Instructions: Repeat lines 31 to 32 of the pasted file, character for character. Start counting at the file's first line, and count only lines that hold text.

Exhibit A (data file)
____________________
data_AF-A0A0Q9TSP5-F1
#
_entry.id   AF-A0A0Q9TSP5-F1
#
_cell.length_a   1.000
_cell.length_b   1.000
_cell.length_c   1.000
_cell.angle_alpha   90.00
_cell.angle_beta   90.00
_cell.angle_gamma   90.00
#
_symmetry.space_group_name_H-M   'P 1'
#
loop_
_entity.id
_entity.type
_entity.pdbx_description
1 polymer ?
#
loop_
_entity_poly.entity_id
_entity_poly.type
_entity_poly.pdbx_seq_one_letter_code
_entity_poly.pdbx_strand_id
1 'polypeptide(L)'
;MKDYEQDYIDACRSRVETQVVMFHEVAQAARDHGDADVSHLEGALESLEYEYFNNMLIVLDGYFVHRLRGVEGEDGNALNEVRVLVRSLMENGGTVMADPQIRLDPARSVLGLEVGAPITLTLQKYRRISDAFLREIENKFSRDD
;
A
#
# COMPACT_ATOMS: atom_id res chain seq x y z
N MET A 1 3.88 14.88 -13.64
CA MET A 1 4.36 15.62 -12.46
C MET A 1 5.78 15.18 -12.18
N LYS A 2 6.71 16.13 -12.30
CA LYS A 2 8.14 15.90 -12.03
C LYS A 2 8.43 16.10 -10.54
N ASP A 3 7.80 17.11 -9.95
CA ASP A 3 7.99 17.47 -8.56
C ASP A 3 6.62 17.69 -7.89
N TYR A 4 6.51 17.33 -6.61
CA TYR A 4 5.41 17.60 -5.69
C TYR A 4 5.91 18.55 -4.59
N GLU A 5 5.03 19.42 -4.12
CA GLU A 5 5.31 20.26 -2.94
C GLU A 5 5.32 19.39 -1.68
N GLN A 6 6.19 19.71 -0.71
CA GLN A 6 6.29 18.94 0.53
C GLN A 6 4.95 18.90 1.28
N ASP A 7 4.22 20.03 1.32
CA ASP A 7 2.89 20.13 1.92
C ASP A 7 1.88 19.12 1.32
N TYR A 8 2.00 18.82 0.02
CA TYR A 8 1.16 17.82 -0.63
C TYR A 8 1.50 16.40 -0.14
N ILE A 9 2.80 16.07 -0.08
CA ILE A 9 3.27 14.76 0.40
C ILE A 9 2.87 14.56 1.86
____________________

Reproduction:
N MET A 1 3.88 14.88 -13.64
CA MET A 1 4.36 15.62 -12.46